I really enjoyed Gary Gygax's Gord the Rogue books. I don't love them as much now as I did when I was younger, but I do still like them. Their contents really stick with me, for good (excellent fight scenes, for one, and cool monsters and vile bad guys) and for bad (he's kind of a sexist jerk a lot of the time, honestly, which bothers me more and more over the years.)
One thing I especially enjoyed was the writeup of stats for Gord, going from these as a kid:
. . . to these as an adult.
We never did the aging rules in the AD&D DMG. I'm not sure we really cared about age until my last campaign. We used aging like the we did the rules about weapon speed giving multiple attacks on tied initiative and the random harlot table and the helmet rule - we ignored them. But it's kind of interesting to see the game's author say, yes, aging matters and your stats change as you grow into maturity.
When I read those books, though, I'd already started to play GURPS and Rolemaster. And I'd always felt that narratively those game systems better dealt with Gord's magical dagger, the effect of armor on weapons, characters who push against the grain of a specific class, and more.
Gord gets some special benefits not normally done in AD&D. +1 to hit and damage with shortsword and dagger, no penalty for off hand use of a second weapon (DMG, p. 70). That's a steep bonus, too, negating -2 and -4. So a normal thief would attack at -2 and -4, Gord at +1 and +1 on the two weapons. A +3 and a +5 bonus, net. Yowza.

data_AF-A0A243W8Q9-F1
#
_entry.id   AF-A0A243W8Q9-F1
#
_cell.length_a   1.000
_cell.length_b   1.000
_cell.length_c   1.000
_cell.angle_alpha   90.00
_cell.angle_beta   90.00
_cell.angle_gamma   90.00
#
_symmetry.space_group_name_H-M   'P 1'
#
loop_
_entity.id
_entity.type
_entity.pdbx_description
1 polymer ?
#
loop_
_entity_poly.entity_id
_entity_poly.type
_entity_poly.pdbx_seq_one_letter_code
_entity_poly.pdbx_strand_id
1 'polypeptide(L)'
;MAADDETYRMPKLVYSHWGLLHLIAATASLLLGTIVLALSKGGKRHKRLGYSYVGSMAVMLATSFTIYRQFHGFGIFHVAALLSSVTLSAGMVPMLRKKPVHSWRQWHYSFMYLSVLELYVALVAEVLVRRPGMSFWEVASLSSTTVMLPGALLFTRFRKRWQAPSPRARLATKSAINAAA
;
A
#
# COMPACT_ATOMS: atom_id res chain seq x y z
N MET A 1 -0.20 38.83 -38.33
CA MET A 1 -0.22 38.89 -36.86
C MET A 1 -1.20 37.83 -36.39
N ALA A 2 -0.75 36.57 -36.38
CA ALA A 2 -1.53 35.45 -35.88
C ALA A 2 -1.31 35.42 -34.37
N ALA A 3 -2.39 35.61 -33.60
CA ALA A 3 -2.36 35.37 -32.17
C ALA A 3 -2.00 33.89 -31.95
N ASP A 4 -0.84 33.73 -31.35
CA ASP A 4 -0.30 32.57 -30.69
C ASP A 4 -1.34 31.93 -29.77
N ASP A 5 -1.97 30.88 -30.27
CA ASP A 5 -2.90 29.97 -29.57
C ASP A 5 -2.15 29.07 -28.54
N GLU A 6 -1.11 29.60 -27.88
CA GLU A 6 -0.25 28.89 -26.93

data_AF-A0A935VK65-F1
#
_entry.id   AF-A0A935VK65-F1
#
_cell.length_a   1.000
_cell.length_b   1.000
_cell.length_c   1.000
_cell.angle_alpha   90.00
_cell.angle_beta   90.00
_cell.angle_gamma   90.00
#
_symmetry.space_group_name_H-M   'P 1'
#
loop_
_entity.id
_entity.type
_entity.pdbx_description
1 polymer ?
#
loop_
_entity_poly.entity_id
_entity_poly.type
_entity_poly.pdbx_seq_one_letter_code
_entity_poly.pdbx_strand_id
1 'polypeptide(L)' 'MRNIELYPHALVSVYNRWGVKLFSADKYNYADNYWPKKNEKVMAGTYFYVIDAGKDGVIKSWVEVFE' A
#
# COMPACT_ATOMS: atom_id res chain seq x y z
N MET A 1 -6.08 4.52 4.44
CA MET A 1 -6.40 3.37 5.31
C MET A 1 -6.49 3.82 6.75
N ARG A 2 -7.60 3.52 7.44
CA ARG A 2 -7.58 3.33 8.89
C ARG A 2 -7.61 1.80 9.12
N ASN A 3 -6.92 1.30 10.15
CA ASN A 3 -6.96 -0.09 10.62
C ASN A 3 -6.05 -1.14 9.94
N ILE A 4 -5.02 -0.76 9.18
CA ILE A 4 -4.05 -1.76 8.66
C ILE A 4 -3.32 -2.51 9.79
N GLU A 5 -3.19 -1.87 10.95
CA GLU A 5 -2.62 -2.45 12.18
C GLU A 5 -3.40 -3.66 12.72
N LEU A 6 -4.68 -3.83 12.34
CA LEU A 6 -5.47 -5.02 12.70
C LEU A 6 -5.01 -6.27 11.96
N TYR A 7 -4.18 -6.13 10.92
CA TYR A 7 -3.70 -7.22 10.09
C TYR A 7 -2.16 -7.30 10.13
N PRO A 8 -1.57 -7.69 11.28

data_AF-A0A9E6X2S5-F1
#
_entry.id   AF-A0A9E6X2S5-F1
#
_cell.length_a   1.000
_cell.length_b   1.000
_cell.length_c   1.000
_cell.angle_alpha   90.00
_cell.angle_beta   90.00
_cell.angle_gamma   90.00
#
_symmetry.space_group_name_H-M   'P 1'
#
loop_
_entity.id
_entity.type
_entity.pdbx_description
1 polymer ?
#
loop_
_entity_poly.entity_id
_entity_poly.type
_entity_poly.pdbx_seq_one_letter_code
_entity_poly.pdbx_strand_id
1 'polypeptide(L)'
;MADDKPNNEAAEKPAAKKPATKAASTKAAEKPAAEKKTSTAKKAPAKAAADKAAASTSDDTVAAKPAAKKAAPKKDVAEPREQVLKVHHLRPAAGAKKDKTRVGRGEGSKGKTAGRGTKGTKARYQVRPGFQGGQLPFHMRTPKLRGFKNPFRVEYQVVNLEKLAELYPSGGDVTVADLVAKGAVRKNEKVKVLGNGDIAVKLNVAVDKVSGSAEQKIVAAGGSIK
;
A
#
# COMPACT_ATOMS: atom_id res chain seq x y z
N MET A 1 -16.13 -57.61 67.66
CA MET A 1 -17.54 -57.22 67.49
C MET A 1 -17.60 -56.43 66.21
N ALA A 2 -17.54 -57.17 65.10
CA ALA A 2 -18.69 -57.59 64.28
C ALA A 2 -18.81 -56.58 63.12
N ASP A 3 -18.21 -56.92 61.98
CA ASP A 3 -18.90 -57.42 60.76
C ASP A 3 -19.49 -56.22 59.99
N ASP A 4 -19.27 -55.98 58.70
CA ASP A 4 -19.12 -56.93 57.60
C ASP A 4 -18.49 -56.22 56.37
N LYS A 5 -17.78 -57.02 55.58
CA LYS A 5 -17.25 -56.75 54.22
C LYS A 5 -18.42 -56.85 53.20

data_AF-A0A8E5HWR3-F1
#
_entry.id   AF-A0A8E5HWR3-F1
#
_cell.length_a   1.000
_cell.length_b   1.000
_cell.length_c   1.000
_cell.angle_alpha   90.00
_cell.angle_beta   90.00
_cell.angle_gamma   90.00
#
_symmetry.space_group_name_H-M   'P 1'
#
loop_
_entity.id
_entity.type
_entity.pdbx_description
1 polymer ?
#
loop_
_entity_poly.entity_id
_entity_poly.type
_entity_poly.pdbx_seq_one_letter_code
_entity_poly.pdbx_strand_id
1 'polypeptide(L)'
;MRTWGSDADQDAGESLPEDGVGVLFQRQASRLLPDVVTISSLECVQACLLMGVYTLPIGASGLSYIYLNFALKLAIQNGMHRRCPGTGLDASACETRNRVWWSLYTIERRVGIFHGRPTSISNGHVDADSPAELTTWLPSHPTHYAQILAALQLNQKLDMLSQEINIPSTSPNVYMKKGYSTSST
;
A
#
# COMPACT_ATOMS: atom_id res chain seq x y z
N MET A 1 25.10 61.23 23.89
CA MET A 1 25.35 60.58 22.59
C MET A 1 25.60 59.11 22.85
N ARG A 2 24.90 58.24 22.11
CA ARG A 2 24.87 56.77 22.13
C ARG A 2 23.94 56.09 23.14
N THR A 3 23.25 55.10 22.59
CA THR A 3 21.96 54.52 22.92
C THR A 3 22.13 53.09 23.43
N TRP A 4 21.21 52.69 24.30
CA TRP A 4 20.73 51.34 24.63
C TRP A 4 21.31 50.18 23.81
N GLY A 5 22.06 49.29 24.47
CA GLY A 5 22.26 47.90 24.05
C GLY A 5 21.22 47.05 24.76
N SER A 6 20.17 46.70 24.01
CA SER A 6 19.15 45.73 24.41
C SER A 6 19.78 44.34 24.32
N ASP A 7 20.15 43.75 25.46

It's not to say D&D can't handle them, but to handle them you pretty much just have to hand out special benefits and or special restrictions. It's not natively handled, it's a bolt-on per GM judgment. For Gord to be a thief-acrobat he's got to have met acrobats are the right point in his career. To be an excellent sword-and-dagger handler he has to get a special bonus his class wouldn't otherwise give out. All possible, of course, in a "the GM says so" kind of way. But it felt like receive-and-build systems or roll-and-build systems instead of roll-and-choose systems (point buy, roll-class-level-point buy, and class and level, respectively) handled that kind of guy better. So oddly the official writeup of how to do him in Unearthed Arcana era AD&D was something that pushed me to think it would be easier to do him in a system not of the author's choosing. Ironic, I think - the demonstration of how to do it in AD&D convinced me AD&D wasn't the system to do it in.
I've never statted the guy up in GURPS, since I don't expect I'd use him. It's all subjective and especially prone to arguments about how to convert AD&D to GURPS. His dagger, though, or one like it, would be an easy one to make up:
Large Knife (sw+1/cutting, thr+1/impaling, ST 6) with Accuracy +1, Puissance +1, Penetrating Blade (5). The blade can cut through metal, stone, etc. without dulling or wearing beyond normal wear for usage. When used to carve through walls, chests, etc. use thrust+1 cutting damage to represent the difficulty of cutting with the tip of a dagger.